I’m not sure yet on this one.I’ve had this tea three times in total, and found that the 30 sec increments worked for me, but I did using less grams. Either way, I wouldn’t rush this one. Alistair/What-Cha recommended 3-4 minutes, so I’m assuming yes. I’d be curious to see what Derk thought.

derk

I tried it for the first time tonight after reading your notes. Used 3g in my 60mL gaiwan but didn’t time steeps (many and long). Oh, water off the boil! It’s GOOD. Really strong savory osmanthus note for me, along with honey of course (crystallized maybe), malt, apricot-orange. I think it has a low-toned profile but has balanced citrusy-fruity high tones. Lots of other stuff. Complex but not very long-lived aftertaste. Last steeps were very lemongrassy – high in citral I’m guessing – and somewhat tannic.

derk

It feels like a quality tea in the mouth, too. Smooth and swallows very nicely.

Daylon R Thomas

Thank you derk!

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Bio

First Off, Current Targets:

Whispering Pines Alice
Tillerman Tea Traditional Oxidation Oolong
Tillerman Tea Phoenix Village Dong Dings
Good Luxurious Work Teas
A good Qilan
Best Sachet Teas

Dislikes: Heavy Tannin, Astringency, Bitterness, or Fake Flavor, Overly herby herbal or aged teas

Picky with: Higher Oxidation Oolongs, Red Oolongs (Some I love, others give me headaches or are almost too sweet), Mint Teas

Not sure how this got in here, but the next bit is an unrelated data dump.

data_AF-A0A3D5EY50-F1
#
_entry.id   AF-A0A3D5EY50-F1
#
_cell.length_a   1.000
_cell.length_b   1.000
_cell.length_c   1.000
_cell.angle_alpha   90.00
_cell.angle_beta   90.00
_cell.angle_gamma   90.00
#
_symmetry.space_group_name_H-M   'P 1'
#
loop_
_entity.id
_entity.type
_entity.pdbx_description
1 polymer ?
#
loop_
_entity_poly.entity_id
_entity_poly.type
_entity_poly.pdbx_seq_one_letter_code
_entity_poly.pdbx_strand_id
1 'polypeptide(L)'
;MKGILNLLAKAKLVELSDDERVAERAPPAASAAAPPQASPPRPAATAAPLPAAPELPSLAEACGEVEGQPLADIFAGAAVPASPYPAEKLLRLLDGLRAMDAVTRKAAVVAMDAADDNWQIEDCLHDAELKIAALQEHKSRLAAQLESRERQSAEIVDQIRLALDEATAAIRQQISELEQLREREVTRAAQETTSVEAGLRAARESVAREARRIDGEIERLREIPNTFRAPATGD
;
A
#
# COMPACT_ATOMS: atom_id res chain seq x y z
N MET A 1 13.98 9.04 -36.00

Currently, my stash is overflowing. Among my favorites are What-Cha’s Lishan Black, Amber Gaba Oolong, Lishan Oolong, Qilan Oolong, White Rhino, Kenya Silver Needle, Tong Mu Lapsang Black (Unsmoked); Whispering Pines Alice, Taiwaneese Assam, Wang’s Shanlinxi, Cuifeng, Dayuling; Beautiful Taiwan Tea Co.“Old Style” Dong Ding, Mandala Milk Oolong

Me:

I am an MSU graduate, and current alternative ed. high school social studies and history teacher. I formerly minored in anthropology, and I love Egyptian and classical history. I love to read, write, draw, paint, sculpt, fence(with a sword), practice calisthenics on rings, lift weights, workout, relax, and drink a cuppa tea…or twenty.

I’ve been drinking green and black teas ever since I was little living in Hawaii. Eastern Asian influence was prominent with my friends and where I grew up, so I’ve been exposed to some tea culture at a young age. I’ve come a long way since I began on steepster and now drink most teas gong fu, especially oolong. Any tea that is naturally creamy, fruity, or sweet without a lot of added flavoring ranks as a must have for me. I also love black teas and dark oolongs with the elusive “cocoa” note. My favorites are lighter Earl Greys, some white teas like What-Cha’s Kenyan offerings, most Hong-Cha’s, darker Darjeelings, almost anything from Nepal, Green Shan Lin Xi’s, and Greener Dong Dings. I’m in the process of trying Alishan’s. I also tend to really enjoy Yunnan Black or Red teas and white teas. I’m pickier with other teas like chamomile, green teas, and Masalas among several.

I used to give ratings, but now I only rate teas that have a strong impression on me. If I really like it, I’ll write it down.

I’ll enjoy a tea almost no matter what, even if the purpose is more medicinal, for it is my truest vice and addiction.

Location

Michigan, USA